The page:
Tom Nichols will continue to join us to add insight on Mobile BayBears players as we produce our…
Voice of the BayBears, Tom Nichols
Nichols, a native of Muncie, Indiana and a graduate of Ball State University, got his start in broadcasting with the Indianapolis Indians in 1988. Since then he has served as broadcaster for the Fort Wayne Wizards (Midwest League, Minnesota Twins affiliate) from 1993-'96; the Peoria Chiefs (Midwest League, Chicago Cubs affiliate) in 1991 and '92, and the Kinston Indians (Carolina League, Cleveland Indians affiliate) in 1990. He was also the broadcaster for the Mobile Mysticks Hockey Club for the 1996-'97 season.
Since then he has found a steady job calling the Mobile BayBears. In 2004, he will enter his eighth season as the announcer for Mobile, and he has seen the changes in broadcasting since his debut.
"The Internet is such a factor with broadcasts. It creates a scenario where the broadcaster has to make sure you are accurate and fair in everything you say. There is accountability and if the team is struggling, you have to keep your emotions from your words because there is a listener out there, probably the mother or father of that guy who is the worst.
"You have to make sure you are fair and accurate in everything you say, because if you are not, you will hear about it. We are around the player's everyday on the bus, in the clubhouse, on the field and we have to maintain a level of respect from them. We have to earn their respect and maintain that by being fair and accurate in the things we say. Every player has somebody listening."
The Internet has made the impossible possible. Friends and family are always on the lookout for more news on their cousin, nephew, son, daughter or whomever it is that is making headlines. The guys you think are obscure are people just like the rest of us. They have a family and everyone wants to tune in to find out what others think and hear for themselves a live performance.
Along the way, there is certain to be a few surprises.
"The funniest thing that happened this year; we were playing the West Tennessee Diamond Jaxx and they had a player on the team named Donnie Hood and I remember a player from the ‘70's, a pitcher with the Indians named Don Hood, and I wondered if he might be related.
"I mentioned it on the air, and this was the opposition we were talking about, maybe there is someone listening over the Internet that would know.
"Not five minutes later his aunt happened to be listening on the Internet and she emailed me that he wasn't related.
"I thought, ‘My goodness, here is an opposing player that was making his double A debut that night and I mentioned it on the air and I get an immediate response.' We had listeners in Australia this year, Chris Oxspring and Ben Risinger last year, Australians. They would get up, at Ben's home, it was like 5 AM and they would get up in the morning and listen to the broadcast. The Internet has really brought a whole new dimension to every baseball broadcast. Gone are the days when just your immediate area could listen to the game. Now every player has a family member who is listening and they are depending on you."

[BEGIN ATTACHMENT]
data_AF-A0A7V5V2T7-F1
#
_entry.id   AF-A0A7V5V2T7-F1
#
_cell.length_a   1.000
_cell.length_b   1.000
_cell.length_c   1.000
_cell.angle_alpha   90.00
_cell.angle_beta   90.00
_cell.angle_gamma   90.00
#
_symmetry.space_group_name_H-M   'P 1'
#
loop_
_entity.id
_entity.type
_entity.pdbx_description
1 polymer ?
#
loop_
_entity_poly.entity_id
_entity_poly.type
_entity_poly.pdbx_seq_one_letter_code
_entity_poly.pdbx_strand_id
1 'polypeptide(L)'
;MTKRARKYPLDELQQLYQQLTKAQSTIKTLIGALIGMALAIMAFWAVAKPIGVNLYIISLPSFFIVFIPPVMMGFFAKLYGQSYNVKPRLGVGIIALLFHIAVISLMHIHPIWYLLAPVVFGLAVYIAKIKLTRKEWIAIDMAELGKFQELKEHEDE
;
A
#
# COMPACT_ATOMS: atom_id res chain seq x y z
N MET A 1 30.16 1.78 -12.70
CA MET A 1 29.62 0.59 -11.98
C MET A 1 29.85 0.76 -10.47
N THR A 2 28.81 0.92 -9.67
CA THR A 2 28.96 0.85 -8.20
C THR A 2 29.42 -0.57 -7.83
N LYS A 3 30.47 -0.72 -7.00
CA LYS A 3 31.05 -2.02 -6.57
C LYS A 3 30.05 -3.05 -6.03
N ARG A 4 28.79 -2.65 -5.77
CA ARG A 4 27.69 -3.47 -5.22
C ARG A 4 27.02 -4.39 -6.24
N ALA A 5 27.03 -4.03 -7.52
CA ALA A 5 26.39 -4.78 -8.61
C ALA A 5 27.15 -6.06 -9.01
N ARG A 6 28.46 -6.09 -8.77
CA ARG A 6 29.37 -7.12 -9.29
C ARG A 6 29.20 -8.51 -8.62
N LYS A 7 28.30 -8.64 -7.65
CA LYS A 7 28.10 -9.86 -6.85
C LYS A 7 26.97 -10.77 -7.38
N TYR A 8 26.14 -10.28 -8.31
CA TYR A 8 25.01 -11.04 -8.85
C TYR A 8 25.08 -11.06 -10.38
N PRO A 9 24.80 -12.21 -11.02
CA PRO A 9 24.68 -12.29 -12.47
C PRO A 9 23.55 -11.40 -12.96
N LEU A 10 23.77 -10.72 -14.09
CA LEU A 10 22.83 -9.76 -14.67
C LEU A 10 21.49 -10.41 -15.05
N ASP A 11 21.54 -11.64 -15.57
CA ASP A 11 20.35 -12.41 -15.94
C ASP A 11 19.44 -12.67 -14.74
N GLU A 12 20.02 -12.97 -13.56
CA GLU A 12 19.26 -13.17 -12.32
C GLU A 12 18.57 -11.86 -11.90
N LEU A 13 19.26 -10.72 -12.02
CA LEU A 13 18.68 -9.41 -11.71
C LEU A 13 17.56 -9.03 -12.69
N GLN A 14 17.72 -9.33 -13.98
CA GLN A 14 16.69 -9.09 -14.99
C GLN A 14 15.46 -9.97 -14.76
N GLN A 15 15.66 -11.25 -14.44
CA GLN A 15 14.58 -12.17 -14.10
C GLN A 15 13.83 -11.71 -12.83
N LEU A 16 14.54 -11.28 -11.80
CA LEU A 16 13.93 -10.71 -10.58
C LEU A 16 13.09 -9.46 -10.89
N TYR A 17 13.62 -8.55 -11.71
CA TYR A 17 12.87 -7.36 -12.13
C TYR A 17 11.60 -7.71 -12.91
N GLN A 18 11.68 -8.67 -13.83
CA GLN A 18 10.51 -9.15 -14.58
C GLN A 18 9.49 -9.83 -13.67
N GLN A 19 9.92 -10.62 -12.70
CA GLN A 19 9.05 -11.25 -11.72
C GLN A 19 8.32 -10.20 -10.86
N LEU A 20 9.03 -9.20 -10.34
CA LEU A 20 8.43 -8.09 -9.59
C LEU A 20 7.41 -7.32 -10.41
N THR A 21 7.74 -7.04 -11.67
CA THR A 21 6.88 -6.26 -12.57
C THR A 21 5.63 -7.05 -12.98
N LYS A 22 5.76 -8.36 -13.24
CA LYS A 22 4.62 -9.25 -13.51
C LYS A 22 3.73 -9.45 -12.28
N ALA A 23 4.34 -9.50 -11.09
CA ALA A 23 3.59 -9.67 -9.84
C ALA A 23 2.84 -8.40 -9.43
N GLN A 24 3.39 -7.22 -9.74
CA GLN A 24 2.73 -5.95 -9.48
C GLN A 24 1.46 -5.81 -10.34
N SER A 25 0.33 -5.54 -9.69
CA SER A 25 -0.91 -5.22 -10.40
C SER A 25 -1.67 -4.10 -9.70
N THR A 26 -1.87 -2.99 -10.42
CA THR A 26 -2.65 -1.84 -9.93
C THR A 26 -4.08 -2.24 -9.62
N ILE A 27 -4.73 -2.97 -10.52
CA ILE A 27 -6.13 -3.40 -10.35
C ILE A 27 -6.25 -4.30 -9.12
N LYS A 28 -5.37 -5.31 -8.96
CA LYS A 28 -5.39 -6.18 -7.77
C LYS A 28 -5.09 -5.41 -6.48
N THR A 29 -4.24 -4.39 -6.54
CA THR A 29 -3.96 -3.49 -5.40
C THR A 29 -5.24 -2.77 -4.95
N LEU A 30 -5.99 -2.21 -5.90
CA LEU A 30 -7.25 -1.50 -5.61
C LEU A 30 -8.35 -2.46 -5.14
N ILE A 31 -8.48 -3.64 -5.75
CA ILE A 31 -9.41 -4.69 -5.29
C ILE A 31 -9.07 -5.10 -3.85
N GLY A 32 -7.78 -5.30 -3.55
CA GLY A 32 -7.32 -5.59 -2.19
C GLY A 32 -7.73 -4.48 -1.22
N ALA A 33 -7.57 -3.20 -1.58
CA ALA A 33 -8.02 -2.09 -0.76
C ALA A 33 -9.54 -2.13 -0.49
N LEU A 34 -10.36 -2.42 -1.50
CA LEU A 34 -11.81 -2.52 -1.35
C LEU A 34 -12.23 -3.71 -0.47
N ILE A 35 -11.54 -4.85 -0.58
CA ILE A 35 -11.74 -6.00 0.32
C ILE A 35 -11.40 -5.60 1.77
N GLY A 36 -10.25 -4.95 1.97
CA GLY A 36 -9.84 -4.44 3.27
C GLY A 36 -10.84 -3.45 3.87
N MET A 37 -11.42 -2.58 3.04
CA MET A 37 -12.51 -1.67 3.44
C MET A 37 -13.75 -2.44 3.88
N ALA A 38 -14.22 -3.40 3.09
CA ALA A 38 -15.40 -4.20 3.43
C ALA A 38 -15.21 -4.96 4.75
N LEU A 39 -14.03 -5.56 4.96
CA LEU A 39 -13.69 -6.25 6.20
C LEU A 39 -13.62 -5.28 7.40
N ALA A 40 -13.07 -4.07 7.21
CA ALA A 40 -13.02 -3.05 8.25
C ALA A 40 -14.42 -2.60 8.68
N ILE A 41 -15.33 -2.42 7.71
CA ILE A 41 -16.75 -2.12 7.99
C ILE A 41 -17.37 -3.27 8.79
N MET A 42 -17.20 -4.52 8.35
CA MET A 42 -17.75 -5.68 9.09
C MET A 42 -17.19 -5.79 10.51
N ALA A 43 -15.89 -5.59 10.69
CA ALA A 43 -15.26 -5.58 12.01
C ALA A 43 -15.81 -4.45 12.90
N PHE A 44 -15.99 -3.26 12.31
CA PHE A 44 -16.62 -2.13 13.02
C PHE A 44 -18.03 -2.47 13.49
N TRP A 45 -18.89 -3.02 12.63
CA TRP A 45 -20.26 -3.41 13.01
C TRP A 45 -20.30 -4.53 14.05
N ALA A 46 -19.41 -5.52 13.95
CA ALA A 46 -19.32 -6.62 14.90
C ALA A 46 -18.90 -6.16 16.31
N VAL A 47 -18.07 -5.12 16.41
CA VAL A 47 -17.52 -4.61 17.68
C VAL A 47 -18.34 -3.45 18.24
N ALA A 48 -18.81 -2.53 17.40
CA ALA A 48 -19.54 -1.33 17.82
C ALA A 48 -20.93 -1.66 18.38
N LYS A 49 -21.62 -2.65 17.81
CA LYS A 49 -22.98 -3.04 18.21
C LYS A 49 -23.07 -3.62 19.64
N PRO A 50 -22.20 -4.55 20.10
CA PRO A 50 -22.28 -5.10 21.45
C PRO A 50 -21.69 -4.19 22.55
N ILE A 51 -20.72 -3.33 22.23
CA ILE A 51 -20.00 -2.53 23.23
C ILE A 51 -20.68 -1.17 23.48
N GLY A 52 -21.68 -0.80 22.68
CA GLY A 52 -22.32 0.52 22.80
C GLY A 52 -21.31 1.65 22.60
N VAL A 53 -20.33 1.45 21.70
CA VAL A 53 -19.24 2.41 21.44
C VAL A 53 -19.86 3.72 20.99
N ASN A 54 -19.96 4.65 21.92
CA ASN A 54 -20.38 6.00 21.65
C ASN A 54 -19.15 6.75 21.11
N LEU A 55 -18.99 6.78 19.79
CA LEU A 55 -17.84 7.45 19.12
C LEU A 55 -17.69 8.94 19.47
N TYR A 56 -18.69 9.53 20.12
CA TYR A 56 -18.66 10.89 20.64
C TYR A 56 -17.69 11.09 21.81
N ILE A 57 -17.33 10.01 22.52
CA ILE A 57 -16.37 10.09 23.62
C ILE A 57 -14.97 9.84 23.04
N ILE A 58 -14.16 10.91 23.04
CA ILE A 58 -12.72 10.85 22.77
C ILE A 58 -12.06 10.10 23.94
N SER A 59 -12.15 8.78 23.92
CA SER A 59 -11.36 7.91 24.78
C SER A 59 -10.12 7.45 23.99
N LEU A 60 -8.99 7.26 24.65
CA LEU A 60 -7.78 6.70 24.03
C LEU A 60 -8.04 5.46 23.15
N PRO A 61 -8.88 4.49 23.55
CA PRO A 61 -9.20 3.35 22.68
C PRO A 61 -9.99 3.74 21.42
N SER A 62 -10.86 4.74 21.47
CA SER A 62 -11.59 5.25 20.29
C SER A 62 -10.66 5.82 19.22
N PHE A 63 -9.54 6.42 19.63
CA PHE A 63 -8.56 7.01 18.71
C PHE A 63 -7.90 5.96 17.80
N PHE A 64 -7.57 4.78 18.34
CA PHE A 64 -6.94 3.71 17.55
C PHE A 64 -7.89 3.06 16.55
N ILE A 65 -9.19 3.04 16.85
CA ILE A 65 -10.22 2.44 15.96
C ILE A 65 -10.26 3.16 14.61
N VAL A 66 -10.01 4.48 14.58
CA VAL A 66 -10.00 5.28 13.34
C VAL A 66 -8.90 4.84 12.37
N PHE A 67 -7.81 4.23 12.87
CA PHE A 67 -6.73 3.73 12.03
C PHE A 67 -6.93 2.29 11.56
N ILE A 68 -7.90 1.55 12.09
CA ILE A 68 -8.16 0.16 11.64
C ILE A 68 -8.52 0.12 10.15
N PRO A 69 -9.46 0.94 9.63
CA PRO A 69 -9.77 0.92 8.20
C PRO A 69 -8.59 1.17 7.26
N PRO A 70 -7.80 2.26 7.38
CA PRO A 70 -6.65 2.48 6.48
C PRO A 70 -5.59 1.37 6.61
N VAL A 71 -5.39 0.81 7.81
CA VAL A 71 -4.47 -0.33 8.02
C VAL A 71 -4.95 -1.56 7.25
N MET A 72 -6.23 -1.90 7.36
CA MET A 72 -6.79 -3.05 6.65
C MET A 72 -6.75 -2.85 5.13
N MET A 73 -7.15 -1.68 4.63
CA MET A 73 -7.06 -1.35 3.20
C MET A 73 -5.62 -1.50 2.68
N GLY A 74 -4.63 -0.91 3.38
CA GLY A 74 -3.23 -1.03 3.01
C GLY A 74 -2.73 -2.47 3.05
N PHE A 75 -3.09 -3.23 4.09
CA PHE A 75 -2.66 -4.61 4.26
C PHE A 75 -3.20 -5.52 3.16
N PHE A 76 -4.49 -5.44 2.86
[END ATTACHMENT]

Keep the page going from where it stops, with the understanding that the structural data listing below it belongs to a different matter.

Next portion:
With the exposure comes a need to be truly journalistic in the approach to broadcasting. The facts must be paramount when painting a story over the airwaves.
Now more than ever, journalistic integrity is a must. Not that Nichols would do it any other way. Energy and emotion is needed, and on the "Net" everyone is expecting to be enthralled by the game. Emotions from the announcer will be picked up by the fans. We have all seen that person who has an infectious smile. They are smiling and suddenly you are in a good mood. The same can be said for a broadcaster. His feelings will be felt by the fans.
"Some believe that a broadcaster should be 100% impartial, I am not that way. I feel like the broadcaster, while he needs to be accurate and fair in his reporting. He also has to be passionate and if he is not passionate about the team, and if he doesn't feel good when the team does well and disappointed when the team performs poorly, how can you expect the fans who are listening to get excited about it too."
"There are broadcasters who say they need to be right down the middle, and I am not that way."
Developing ones own style also comes with signature calls. "Round trippers, that ball is outa here, back, back, back, back…"
"I have my own style, but I don't have a signature home run call. I always believed that the game is more important than the announcer. People turn in to hear the game, not the announcer. While I have my own identity on the air, I don't go overboard and try to force things on listeners."
Harking back to his Kevin Costner role, Nichols recalls advice that was given to him.
"Ernie Harwell was a guy who told me that one time, ‘Never think that you are bigger than the game itself and never assume that people are tuned in to hear you, they are tuned in to hear the game. And don't get in the way of the game.'
"That is something he said to me years ago and I try to keep that in mind."
Seven seasons in Mobile is a long time. Winning a Broadcaster of the Year award did not move him closer to the big leagues. He is still plugging away at the dream.
"Most broadcasters would tell you they would like to get to the big leagues one day, and I am no exception to that by any means. That would be a goal that I had from probably the age of twelve or thirteen. If a guy wouldn't say that I wouldn't know what they are doing in broadcasting anyway."
Tom Nichols has been performing at a high level since his career in broadcasting began. He is waiting for his chance to produce at a higher level. Until then, he will continue to do what he loves.
Part II with Tom Nichols
Denis Savage can be reached at firstname.lastname@example.org
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